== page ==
- For Print
- March 16, 2021
Eisai Co., Ltd. (Headquarters: Tokyo, CEO: Haruo Naito, “Eisai”) announced today that anti-microtubule binding region (MTBR) tau antibody E2814, which was created from collaboration research between Eisai and University College London, has been selected by the Dominantly Inherited Alzheimer Network Trials Unit (DIAN-TU) led by Washington University School of Medicine in St. Louis, as the first investigational medicine among anti-tau drugs for their DIAN-TU tau study.
People who have a genetic mutation of dominantly inherited Alzheimer’s disease (DIAD); nearly certain to develop Alzheimer’s disease (AD), tend to develop symptoms at around the same age their affected parents did, often in their 50s, 40s or even 30s. DIAN-TU launched in 2012 as the first prevention trial for DIAD using anti amyloid-beta (Ab) drugs. Amyloid plaque that consists of Aβ aggregates, as well as neurofibrillary tangles, one of the major AD pathologies, are intraneuronal aggregates of tau and they are believed to spread throughout the brain. The DIAN-TU tau next-generation program will evaluate three anti-tau drugs in clinical studies and has selected E2814 as the first investigational anti-tau drug. The clinical study aims to determine whether such drugs affect tau phosphorylation, tau tangles and the damage caused by them, thereby slowing or stopping the progress of AD.
“As we’ve learned more about how Alzheimer’s develops, it has become clear that both amyloid and tau play critical roles in disease progression,” said principal investigator Randall J. Bateman, M.D., director of DIAN-TU and the Charles F. and Joanne Knight Distinguished Professor of Neurology at Washington University School of Medicine in St. Louis. “Our prior studies show that some anti-amyloid drugs have positive biological effects in the brain. We will now test multiple different anti-tau drugs to determine if and how targeting tau can slow or stop the progression of Alzheimer’s disease.”
“Eisai is pleased to participate in the groundbreaking Dominantly Inherited Alzheimer Network Trials Unit. We are hopeful that this study will generate important insights about our anti-microtubule binding region tau antibody, E2814, as well as benefit patients living with this devastating form of Alzheimer’s disease,” said Lynn Kramer, M.D., FAAN, Chief Clinical Officer, Neurology Business Group, Eisai Co., Ltd. “As part of our human health care mission, we are committed to making a difference for patients, their families and health care professionals across the globe.”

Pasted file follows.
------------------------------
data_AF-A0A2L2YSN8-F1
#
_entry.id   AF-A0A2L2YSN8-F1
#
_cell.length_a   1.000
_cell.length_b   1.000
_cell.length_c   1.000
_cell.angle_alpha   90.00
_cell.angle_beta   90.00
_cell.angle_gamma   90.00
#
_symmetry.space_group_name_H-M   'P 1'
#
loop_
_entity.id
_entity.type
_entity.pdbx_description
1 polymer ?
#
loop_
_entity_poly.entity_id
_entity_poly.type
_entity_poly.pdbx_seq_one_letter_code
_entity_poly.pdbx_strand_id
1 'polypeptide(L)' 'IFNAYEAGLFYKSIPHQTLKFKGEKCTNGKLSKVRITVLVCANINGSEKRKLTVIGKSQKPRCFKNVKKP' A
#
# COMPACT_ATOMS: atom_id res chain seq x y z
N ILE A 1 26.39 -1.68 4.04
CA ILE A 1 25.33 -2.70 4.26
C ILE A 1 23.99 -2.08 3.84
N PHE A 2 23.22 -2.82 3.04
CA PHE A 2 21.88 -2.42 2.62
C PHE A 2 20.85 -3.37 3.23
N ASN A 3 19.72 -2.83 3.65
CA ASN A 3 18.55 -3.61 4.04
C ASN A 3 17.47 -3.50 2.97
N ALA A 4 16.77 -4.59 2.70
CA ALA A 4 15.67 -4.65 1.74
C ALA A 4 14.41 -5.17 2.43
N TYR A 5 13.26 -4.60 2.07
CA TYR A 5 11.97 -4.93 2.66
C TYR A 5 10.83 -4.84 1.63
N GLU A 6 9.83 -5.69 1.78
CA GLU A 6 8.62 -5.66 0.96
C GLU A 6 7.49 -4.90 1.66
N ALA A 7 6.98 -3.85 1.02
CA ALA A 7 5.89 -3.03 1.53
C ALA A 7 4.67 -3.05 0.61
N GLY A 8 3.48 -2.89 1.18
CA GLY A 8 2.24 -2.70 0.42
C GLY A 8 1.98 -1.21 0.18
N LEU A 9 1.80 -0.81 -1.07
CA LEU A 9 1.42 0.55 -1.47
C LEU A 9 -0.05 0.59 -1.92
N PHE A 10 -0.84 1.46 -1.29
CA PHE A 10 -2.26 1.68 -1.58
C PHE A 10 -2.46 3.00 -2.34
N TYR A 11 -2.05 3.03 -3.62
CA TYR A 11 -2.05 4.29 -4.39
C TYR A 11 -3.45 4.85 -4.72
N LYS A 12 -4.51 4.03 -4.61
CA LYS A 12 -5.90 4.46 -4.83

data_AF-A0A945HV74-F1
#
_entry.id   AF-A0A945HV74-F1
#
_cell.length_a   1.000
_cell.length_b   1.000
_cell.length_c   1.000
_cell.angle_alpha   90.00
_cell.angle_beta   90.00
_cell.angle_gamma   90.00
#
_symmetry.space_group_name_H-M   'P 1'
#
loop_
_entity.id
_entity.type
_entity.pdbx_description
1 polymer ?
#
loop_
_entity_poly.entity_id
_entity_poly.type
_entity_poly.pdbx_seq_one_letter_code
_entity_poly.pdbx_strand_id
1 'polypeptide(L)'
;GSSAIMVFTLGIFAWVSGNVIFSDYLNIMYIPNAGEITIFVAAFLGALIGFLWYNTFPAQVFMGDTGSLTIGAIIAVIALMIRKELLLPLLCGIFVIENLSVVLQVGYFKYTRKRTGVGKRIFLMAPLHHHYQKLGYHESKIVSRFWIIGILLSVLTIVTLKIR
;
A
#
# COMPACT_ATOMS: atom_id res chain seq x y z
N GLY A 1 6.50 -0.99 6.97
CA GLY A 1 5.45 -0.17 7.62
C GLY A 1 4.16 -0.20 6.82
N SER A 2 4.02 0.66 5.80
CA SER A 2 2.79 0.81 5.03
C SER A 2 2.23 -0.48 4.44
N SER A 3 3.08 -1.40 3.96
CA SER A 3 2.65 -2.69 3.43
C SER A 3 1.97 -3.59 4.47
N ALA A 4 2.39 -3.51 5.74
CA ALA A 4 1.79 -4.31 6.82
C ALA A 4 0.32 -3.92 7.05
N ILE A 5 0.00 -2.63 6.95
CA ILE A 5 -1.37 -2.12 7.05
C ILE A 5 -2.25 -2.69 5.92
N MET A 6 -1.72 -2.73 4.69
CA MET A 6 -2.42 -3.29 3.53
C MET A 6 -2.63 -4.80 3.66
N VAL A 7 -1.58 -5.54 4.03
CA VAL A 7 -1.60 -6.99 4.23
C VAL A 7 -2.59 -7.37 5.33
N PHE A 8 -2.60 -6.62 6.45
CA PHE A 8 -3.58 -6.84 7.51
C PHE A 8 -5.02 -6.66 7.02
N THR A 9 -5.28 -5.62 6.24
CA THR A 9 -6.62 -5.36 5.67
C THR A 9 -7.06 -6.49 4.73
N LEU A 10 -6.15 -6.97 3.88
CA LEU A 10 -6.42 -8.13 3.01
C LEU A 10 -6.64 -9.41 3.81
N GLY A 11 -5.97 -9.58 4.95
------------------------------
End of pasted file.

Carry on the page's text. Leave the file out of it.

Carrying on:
Eisai positions neurology as a key therapeutic area, and it will continue to create innovation in the development of novel medicines based on cutting-edge neurology research as it seeks to contribute further to improving the benefits of affected individuals and their families in diseases with high unmet needs, such as dementia including AD.
Public Relations Department,
Eisai Co., Ltd.
[Notes to editors]
- 1. About Dominantly Inherited Alzheimer Network (DIAN)
The DIAN is an international research effort focused on dominantly inherited Alzheimer’s disease. Dominantly Inherited Alzheimer’s disease (DIAD) is a rare form of AD that causes memory loss and dementia in individuals — typically while they are in their 30s to 50s. The disease affects less than 1% of the total population of people with Alzheimer’s. The aim of the Dominantly Inherited Alzheimer Network Trials Unit (DIAN-TU) is to find solutions to treat or prevent this disease and, potentially, all forms of Alzheimer’s. The DIAN-TU is an international public-private partnership dedicated to designing and managing interventional therapeutic trials for individuals with and at risk of DIAD.
- 2. About E2814
An investigational anti-tau antibody, E2814 is being developed as a disease modifying agent for tauopathies including sporadic AD. Phase I clinical studies are underway. E2814 was discovered as part of the research collaboration between Eisai and University College London. E2814 is designed to prevent the spreading of tau seeds within the brains of affected individuals.